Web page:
Nutrient timing is crucial on race day. Throughout your training and for each specific training run, it's important to test out meals, supplements and timing to find what works best for your body. Become familiar with your nutrition routine long before competition day to eliminate stress.
The week before the race, the central focus is to hydrate and fuel for competition day.
Drink extra water and fluids during the week leading up to race day. Aim for 1 ounce per pound of body weight every day. Avoid alcohol in excess (more than one drink per occasion for women) to prevent dehydration. If you're experiencing cramping, it may be necessary to salt your food and eat to replenish electrolytes lost in sweat, including sodium, potassium, magnesium and calcium. Sports drinks provide these nutrients, but the body metabolizes them from food more efficiently. This list can help you choose the right foods:
Make sure your meals are balanced with carbohydrates, protein and fat. The day before the race, it is extremely important to include high carbohydrates in all meals to raise glycogen levels (carbohydrates stored in the muscle). If your event is longer than 90 minutes, it's a good idea to increase carbohydrate intake consistently three to five days prior to competition.
Consider your current habits. Are you the runner who gets up early to fuel with breakfast or do you grab something to eat in the car as you dash out the door to meet your running group? Or are you the runner who likes to run on empty?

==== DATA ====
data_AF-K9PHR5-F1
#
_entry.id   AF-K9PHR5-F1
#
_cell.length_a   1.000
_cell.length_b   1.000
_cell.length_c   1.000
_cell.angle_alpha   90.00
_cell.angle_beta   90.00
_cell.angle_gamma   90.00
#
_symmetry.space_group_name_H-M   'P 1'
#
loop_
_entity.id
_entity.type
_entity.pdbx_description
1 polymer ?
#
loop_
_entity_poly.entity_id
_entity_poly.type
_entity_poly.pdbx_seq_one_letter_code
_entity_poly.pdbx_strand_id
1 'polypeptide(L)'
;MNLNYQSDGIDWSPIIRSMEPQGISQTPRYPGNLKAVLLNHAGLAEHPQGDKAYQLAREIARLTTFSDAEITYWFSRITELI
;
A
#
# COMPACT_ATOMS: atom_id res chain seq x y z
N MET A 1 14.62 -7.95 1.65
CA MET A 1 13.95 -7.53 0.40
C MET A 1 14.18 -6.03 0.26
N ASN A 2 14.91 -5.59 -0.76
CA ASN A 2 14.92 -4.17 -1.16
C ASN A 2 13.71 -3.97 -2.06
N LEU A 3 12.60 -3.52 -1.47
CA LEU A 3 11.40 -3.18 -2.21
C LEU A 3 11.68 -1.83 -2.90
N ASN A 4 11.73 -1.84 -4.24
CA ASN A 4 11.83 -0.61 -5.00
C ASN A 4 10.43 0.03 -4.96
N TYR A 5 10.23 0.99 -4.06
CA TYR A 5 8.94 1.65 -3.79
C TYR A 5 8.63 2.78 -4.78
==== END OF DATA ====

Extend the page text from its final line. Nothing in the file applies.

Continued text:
There's a solution for every type of runner.
For those who like a solid breakfast: Try eating two hours prior to the race. Try a 300- to 500-calorie meal with 60 to 120 grams of carbohydrates and 16 to 20 ounces of fluid. Avoid high-fat or fiber to prevent gastrointestinal (GI) issues. For many people, their normal breakfast can serve as the perfect pre-race meal. Good options:
If you like to eat something on the way to the run: Try eating one hour prior to the race. Try a 200- to 250-calorie snack with 60 grams of carbohydrates and 10 ounces of fluid. If you have fewer than 60 minutes, stick with something liquid. Try one of these:
If you normally run on empty: Try fueling the night before. Aim to get in a good amount of carbohydrates and moderate protein with a before-bed snack to prevent low blood sugar the next morning. By eating a meal or snack before bed the night before, a small snack prior to the race can help "top off the tank." Try a 100-calorie snack the morning of the race with 10 ounces of fluid, such as:
After a successful race, make sure you start the recovery process immediately! Recover with 10 to 20 grams of protein and 20 to 60 grams of carbohydrates within 30 to 45 minutes after your race. Many times, the race will have sponsors that provide food on site. Grab a banana, yogurt or sports drink to start the recovery process immediately. This is will help hydrate, reduce inflammation and prevent extreme soreness.
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